Business intelligence (BI) software vendor QlikTech may be able to help the seasonal choice of tipple with its wine selector application in its search to prove the simplicity of the technology.

Drawing on publicly available information and his own knowledge of more than 3,000 wines, a QlikTech consultant has created The Wine Press. The seasonal online application enables users to match up a wine with particular foods or choose a bottle based on a variety of characteristics including price, colour, flavour, vintage and country of origin.

The Wine Press is the second in an upcoming series of consumer-type applications of BI software that QlikTech plans to showcase on its website, according to Anthony Deighton, the company's vice president of marketing.

The first application, Kick It, Qlik It, Love It, timed to coincide with the World Cup tournament appeared this summer and enabled soccer fans to analyse game scores and players' performances. The application drew 30,000 visitors to QlikTech's website over the course of the six-week championship and also revealed the interesting fact that the majority of professional players' birthdays occur in the January-to-June timeframe.

QlikTech is hoping that presenting fun and intriguing consumer applications of BI software will help drive the widespread adoption of the technology as BI moves out of the domain of experts and into the hands of general IT users, Deighton said. The vendor's approach to BI focuses on enabling users to click their way around the technology and not require in-depth training to start using the software, he added.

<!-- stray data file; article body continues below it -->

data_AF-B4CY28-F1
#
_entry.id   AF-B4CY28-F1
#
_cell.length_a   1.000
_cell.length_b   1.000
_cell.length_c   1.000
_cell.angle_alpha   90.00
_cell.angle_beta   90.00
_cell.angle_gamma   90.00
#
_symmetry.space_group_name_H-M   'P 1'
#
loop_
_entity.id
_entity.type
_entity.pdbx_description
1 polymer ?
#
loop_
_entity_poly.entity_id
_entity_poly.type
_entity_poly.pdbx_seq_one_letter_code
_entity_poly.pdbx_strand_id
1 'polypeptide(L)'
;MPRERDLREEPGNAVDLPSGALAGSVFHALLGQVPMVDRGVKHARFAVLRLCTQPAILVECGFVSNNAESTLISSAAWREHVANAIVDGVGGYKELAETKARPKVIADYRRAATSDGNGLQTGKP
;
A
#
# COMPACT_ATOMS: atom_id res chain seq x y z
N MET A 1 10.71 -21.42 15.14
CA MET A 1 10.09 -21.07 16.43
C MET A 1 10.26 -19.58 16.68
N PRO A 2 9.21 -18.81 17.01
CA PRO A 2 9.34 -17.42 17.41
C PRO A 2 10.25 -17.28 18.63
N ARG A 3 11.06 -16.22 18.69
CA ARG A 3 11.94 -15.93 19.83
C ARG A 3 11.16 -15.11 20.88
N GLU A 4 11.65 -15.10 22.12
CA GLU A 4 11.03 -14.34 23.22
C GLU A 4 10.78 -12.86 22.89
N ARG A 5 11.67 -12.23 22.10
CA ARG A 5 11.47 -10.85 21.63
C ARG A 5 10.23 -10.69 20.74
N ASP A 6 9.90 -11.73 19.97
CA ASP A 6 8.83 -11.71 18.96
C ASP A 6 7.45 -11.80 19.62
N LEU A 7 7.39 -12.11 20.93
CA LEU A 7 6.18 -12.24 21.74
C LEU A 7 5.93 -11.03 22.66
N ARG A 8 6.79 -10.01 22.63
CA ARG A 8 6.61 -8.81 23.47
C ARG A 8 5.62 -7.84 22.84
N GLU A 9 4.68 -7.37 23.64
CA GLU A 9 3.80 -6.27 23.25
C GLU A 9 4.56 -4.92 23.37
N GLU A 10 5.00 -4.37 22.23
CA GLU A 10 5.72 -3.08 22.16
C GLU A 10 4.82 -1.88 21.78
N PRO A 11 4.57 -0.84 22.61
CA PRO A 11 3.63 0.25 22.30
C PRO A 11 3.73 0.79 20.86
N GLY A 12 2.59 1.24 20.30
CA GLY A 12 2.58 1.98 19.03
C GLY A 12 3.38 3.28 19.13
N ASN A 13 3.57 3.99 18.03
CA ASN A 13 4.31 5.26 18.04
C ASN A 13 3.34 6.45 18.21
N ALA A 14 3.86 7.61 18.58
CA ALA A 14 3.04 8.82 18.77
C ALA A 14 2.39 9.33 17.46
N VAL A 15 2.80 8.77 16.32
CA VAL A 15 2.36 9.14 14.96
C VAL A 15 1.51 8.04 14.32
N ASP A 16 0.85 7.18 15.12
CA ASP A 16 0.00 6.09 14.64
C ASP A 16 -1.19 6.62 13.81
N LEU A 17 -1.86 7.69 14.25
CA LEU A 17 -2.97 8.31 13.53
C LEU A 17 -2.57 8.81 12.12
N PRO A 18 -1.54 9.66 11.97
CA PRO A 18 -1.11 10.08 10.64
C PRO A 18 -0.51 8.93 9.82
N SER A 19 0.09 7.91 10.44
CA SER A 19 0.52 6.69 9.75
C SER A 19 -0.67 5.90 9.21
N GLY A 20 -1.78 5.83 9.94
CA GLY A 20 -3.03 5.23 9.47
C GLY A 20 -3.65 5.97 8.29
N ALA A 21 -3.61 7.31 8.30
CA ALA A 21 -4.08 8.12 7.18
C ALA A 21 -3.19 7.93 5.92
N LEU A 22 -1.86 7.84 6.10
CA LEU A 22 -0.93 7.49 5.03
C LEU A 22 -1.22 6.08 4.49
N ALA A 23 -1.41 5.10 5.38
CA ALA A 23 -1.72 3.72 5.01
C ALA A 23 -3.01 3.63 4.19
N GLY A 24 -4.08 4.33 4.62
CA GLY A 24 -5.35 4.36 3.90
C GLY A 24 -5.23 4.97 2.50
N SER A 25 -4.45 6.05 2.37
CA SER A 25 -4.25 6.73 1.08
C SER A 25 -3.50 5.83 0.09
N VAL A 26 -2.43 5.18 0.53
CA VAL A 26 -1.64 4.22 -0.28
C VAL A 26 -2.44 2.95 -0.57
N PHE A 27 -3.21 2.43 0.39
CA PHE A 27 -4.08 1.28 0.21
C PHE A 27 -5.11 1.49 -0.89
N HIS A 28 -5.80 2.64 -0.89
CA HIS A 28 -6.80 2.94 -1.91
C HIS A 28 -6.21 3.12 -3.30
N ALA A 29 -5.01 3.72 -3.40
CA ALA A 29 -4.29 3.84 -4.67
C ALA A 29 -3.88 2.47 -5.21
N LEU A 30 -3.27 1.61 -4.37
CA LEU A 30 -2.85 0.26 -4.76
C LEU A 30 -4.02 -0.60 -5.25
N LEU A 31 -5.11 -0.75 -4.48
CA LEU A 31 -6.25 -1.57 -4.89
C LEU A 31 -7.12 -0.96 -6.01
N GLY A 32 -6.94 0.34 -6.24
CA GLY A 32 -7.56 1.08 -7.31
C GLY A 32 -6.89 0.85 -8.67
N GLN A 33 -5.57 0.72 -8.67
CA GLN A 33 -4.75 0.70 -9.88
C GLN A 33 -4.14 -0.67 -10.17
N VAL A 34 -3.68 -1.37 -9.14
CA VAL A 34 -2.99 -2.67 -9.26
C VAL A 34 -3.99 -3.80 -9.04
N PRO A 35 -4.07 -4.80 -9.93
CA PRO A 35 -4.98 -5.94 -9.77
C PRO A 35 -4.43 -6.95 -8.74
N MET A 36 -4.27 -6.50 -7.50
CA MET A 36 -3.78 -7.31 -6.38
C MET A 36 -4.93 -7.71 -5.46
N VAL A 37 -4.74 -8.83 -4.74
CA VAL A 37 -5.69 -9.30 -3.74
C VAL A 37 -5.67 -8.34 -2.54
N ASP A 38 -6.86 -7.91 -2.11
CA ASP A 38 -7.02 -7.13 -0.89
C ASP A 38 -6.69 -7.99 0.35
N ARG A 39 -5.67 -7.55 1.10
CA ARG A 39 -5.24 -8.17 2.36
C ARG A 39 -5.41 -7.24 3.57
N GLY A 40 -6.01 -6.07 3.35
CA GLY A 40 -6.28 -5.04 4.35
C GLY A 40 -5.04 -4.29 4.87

QlikTech intends to spotlight an application each quarter in 2007, according to Deighton. At the same time, Qliktech plans applications of more regional appeal such as football championships specific to the UK, as well as The Ashes cricket series.

While he's not expecting The Wine Press to attract as many visitors as Kick It, Qlik It, Love It, the recommendation site is already proving popular and Qliktech may well leave it in place beyond the holiday season, Deighton said.